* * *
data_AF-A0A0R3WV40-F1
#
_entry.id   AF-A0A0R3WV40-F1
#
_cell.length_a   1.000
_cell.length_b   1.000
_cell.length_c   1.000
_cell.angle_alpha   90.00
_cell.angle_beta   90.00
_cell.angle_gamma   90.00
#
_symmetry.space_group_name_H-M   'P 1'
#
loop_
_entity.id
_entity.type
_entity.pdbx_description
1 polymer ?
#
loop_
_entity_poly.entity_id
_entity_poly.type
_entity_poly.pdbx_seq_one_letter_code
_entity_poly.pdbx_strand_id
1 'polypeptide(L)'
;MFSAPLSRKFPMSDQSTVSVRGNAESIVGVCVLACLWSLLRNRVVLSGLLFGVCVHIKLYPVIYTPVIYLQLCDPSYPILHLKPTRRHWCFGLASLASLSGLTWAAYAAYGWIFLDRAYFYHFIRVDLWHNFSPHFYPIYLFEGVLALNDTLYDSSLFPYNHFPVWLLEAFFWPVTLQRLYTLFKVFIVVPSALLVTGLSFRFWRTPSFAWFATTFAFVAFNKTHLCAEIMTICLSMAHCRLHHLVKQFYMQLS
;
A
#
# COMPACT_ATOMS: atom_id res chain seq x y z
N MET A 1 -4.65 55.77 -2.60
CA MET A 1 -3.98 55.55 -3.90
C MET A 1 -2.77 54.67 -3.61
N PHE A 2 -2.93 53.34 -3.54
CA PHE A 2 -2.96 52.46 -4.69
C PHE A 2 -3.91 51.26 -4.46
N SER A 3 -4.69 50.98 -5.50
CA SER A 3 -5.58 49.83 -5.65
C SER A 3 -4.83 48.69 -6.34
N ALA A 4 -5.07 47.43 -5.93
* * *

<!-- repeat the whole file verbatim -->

data_AF-A0A0R3WV40-F1
#
_entry.id   AF-A0A0R3WV40-F1
#
_cell.length_a   1.000
_cell.length_b   1.000
_cell.length_c   1.000
_cell.angle_alpha   90.00
_cell.angle_beta   90.00
_cell.angle_gamma   90.00
#
_symmetry.space_group_name_H-M   'P 1'
#
loop_
_entity.id
_entity.type
_entity.pdbx_description
1 polymer ?
#
loop_
_entity_poly.entity_id
_entity_poly.type
_entity_poly.pdbx_seq_one_letter_code
_entity_poly.pdbx_strand_id
1 'polypeptide(L)'
;MFSAPLSRKFPMSDQSTVSVRGNAESIVGVCVLACLWSLLRNRVVLSGLLFGVCVHIKLYPVIYTPVIYLQLCDPSYPILHLKPTRRHWCFGLASLASLSGLTWAAYAAYGWIFLDRAYFYHFIRVDLWHNFSPHFYPIYLFEGVLALNDTLYDSSLFPYNHFPVWLLEAFFWPVTLQRLYTLFKVFIVVPSALLVTGLSFRFWRTPSFAWFATTFAFVAFNKTHLCAEIMTICLSMAHCRLHHLVKQFYMQLS
;
A
#
# COMPACT_ATOMS: atom_id res chain seq x y z
N MET A 1 -4.65 55.77 -2.60
CA MET A 1 -3.98 55.55 -3.90
C MET A 1 -2.77 54.67 -3.61
N PHE A 2 -2.93 53.34 -3.54
CA PHE A 2 -2.96 52.46 -4.69
C PHE A 2 -3.91 51.26 -4.46
N SER A 3 -4.69 50.98 -5.50
CA SER A 3 -5.58 49.83 -5.65
C SER A 3 -4.83 48.69 -6.34
N ALA A 4 -5.07 47.43 -5.93